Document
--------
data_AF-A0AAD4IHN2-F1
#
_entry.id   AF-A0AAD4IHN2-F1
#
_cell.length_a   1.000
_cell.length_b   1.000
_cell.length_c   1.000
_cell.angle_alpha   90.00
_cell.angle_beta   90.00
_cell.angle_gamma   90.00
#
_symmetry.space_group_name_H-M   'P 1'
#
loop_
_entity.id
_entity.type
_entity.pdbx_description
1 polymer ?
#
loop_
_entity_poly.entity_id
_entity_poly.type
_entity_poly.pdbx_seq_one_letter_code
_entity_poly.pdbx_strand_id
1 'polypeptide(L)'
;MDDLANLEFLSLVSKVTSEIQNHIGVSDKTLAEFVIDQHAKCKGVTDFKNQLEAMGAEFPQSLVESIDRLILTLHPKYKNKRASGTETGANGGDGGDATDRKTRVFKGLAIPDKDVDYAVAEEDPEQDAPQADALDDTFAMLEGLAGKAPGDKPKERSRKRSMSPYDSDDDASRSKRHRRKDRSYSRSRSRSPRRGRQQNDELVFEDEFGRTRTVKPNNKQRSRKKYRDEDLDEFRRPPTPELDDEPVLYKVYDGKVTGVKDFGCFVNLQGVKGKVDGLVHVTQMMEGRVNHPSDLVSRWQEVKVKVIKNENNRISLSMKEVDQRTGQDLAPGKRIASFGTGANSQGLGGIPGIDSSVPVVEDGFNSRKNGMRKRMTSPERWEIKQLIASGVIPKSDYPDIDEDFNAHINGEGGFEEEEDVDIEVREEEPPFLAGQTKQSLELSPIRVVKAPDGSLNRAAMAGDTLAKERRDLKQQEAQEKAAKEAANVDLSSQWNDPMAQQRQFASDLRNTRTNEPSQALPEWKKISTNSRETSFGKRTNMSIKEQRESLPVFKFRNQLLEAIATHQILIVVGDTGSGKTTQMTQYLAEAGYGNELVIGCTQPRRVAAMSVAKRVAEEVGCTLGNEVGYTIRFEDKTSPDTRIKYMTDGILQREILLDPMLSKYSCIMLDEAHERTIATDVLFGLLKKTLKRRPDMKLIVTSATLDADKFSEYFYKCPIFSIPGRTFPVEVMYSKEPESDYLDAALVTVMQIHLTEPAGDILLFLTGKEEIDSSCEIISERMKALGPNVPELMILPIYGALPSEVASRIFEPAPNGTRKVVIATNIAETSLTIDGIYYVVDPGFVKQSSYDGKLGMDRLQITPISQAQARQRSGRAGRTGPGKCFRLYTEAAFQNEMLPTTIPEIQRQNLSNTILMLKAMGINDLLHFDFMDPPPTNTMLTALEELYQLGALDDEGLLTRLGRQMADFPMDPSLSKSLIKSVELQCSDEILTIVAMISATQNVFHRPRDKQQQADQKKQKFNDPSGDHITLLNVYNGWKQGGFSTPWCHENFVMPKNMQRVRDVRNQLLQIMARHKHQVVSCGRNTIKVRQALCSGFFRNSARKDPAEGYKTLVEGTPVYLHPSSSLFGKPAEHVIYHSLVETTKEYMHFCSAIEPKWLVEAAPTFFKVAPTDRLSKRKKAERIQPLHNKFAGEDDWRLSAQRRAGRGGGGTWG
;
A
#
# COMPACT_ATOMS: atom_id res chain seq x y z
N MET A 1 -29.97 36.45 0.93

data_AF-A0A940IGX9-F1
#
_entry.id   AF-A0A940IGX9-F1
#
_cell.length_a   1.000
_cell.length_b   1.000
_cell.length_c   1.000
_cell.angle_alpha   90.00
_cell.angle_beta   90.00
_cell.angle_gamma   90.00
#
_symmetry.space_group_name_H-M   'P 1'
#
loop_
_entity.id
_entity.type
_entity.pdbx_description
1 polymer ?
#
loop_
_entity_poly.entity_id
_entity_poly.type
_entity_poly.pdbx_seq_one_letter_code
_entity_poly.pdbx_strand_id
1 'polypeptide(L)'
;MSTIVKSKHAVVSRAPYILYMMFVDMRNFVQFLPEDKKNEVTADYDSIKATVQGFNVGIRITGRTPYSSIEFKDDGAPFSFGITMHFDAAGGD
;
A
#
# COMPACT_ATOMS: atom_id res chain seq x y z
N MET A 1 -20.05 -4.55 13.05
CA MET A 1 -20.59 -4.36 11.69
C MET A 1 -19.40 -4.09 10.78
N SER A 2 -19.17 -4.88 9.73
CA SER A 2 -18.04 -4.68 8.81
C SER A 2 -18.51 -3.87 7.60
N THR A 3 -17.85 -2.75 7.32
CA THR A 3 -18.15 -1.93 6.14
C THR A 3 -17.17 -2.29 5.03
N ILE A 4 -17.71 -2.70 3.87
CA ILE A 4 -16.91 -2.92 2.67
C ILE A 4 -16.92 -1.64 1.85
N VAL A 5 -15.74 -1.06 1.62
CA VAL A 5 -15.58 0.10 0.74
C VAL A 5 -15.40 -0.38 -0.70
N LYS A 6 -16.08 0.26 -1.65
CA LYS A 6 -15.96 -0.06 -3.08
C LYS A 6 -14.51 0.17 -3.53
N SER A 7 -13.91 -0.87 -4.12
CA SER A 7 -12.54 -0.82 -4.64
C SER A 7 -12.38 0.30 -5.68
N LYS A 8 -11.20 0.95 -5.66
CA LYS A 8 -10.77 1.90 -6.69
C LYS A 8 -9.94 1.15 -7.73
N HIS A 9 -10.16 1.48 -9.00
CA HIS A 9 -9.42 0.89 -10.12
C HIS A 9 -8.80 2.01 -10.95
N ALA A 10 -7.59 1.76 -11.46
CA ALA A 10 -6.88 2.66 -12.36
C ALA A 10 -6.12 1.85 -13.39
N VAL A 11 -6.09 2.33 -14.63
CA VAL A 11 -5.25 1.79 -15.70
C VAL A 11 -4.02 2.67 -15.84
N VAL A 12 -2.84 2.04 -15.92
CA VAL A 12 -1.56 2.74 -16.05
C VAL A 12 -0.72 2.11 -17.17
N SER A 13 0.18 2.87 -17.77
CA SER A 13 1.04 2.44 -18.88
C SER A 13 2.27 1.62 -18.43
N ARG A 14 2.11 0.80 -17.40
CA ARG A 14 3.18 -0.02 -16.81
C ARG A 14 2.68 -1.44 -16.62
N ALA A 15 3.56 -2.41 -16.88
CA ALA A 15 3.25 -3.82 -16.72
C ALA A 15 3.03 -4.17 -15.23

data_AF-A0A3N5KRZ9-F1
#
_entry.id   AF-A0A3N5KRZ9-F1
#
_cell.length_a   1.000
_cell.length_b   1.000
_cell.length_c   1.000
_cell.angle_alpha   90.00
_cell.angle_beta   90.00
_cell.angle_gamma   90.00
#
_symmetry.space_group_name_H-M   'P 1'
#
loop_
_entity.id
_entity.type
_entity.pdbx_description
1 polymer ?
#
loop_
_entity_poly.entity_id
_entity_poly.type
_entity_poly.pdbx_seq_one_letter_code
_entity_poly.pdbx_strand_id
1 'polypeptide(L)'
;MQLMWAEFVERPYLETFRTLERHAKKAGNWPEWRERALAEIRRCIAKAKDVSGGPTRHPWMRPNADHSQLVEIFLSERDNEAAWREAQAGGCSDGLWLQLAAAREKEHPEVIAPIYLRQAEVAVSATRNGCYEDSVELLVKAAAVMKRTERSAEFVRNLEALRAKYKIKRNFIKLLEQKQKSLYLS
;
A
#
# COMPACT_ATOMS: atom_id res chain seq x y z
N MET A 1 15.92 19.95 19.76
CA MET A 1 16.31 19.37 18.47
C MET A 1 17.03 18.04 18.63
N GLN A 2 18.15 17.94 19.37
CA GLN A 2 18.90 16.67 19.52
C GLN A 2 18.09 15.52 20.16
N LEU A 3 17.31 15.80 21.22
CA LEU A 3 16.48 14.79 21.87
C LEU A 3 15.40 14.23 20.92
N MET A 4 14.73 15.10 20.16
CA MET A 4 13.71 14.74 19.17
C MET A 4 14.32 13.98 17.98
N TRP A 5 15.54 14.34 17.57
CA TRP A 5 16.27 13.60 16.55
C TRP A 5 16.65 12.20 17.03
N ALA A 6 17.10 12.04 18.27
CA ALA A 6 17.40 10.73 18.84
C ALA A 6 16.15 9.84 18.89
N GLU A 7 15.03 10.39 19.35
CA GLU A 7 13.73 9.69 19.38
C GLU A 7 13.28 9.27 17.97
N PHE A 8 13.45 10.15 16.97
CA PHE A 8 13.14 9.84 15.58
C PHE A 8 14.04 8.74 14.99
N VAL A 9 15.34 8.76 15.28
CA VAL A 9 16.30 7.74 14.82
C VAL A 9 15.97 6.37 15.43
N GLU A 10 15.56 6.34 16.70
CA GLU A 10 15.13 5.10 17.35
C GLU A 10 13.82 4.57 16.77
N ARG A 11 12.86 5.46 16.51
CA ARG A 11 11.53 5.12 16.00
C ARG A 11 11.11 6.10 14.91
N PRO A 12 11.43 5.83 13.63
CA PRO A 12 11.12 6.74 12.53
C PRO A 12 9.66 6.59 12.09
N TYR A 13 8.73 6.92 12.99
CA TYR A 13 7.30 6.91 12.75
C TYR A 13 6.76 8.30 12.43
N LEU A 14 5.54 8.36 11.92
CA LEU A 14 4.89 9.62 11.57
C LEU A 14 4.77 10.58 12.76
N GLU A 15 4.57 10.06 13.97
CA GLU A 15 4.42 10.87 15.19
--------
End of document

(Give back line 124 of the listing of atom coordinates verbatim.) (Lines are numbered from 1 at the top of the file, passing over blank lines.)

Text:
1 polymer ?